Most of us have only known Federer for his successes, or rather his years of dominance and success (which by our definition is a period of achieved establishment for Federer and includes the dismal years of 2010, 2011 and 2013). This man after all has of now 19 grand slams to his name and it has been quite a rarity for a year to pass by without him securing one grand slam within that year. What most of us fail to know, is that Federer was a relative late starter onto the path of dominance. For instance, if you compare him against his fellow contenders for the greatest player of all time position, he won his grand slam at the mature age of 21, whereas Djokovic and Nadal won theirs at the ages of 20 and 19 respectively. What we are exploring today is an aspect of such a late start, which is the interesting fact that he was on a losing streak in the very earliest years of his career, against two players famous for being trashed by him repeatedly as the earlier years were gotten over with. Federer is what you can say, one of the greatest ugly ducklings in tennis history
Federer - Nalbandian
David Nalbandian has been the biggest of headaches for a young Roger Federer. For their first five encounters spanning between that at the 2002 Monte Carlo Masters and the 2003 US Open quarter-final encounter, Federer has lost every single time. The striking ability and efficient movement of Nalbandian equipped him at the time with offensive and defensive capabilities which the stylish-but-not-too-substantial Federer cannot yet match up too. Adding to this problem is the fact that Nalbandian has a strong weapon (his deadly strike-precise backhand whereas Federer does not (his whip forehand has not come onto the scene yet). The turning point was late 2003 (in fact that same turning point applies to the other rivalries mentioned in this blog article), from which he emerged victorious almost all his encounters with the Argentinian. The head-to-head count between the two for the first five matches was 5-0 in Nalbandian's favour, the current one is 11-8 in Federer's favour. Not bad, when considering how Nalbandian won only 3 more matches after that very early streak. Also, it should be noted that Nalbandian reached the Wimbledon final one year younger than Federer, despite being one year younger. So much for a slow start for Federer!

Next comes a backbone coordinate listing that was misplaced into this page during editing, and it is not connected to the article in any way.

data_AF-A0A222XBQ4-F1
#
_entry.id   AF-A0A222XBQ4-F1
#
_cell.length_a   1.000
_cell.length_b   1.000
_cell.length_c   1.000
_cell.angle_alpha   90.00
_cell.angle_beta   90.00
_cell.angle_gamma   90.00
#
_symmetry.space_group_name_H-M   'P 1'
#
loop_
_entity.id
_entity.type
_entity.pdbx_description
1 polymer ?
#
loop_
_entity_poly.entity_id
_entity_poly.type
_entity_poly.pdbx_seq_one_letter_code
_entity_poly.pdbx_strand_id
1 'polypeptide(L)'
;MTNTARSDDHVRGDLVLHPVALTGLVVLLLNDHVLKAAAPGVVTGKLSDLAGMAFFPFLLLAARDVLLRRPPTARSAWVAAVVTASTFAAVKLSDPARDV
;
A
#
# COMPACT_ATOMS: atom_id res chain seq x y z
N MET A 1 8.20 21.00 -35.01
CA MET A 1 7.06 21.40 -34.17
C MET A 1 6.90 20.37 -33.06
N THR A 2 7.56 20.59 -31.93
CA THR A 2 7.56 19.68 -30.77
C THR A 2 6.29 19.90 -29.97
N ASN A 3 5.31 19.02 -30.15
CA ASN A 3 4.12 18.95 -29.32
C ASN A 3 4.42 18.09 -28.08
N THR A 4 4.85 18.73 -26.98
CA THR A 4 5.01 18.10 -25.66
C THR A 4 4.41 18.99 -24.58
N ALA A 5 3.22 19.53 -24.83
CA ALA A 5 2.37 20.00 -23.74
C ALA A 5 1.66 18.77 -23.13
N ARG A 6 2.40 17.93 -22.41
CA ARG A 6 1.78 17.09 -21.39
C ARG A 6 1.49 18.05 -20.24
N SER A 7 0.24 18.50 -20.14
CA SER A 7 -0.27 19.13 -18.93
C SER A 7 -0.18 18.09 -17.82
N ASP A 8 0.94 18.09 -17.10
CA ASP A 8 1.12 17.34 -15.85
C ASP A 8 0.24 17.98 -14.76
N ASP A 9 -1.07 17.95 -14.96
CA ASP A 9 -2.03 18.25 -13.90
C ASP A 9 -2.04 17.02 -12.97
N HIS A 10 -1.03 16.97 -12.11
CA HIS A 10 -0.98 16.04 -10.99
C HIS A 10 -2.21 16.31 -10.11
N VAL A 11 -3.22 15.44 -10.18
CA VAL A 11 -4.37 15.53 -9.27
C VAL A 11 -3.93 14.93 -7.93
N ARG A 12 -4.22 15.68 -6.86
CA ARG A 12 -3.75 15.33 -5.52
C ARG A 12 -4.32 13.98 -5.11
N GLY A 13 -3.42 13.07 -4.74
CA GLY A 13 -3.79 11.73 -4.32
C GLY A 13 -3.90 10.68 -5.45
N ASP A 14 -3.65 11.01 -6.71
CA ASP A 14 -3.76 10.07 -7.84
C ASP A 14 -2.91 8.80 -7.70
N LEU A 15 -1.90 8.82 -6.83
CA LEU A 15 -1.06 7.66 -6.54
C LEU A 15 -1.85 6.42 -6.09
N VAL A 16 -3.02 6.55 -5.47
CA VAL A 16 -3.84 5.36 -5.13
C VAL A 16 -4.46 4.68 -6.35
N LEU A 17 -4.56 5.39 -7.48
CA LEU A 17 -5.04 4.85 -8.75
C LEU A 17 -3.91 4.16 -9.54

Federer - Hewitt
Hewitt is known to most of us who have been following the game since for 10 years or so, as that person from Australia who although is very recognisable for some unknown reason, is typically unseeded in grand slam tournaments and always loses to Roger Federer whenever matched up against him. Those who follow the game assiduously much longer (think since the year 2001 or something) would know the reason why Hewitt is quite recognisable despite his unrecognisable performance in the recent years. He was like Nalbandian, one of the ones giving Federer major headaches in the earliest years of his career, and a man of great then-Federer-unsurpassable achievements in his own right. The same age as Federer, Hewitt won the 2001 US Open at the age of 20 and the 2002 Wimbledon championships at the age of 21. Federer himself acknowledges that Hewitt was a major headache with this quote:
Hewitt made me a better player - Roger Federer
Yes, it is not explicitly stated here that Federer was seeing Hewitt as a headache back then, but it is almost universally known amongst people who have engaged in any serious competition that your enemies make you better. For five long years spanning from 1999 to 2003, the Swiss and Aussie met a total of 9 times with Hewitt winning 7 of those encounters. The problem Federer had against Hewitt was very much the same as that which he had against Nalbandian. Hewitt was the defensive player par excellence during that time. His light quick footwork makes it hard for anyone to hit winners off him. The lack of a solid matured offensive weapon on Federer' side, and the lack of a matchable defensive ability, meant that each encounter with the Aussie was an uphill battle for the Swiss. All that changed from late 2003 onwards, when Federer won all but two encounters between them, bringing their head-to-head count from what was then 7-2 in favour of Hewitt to what is now 18-9 in favour of Federer.
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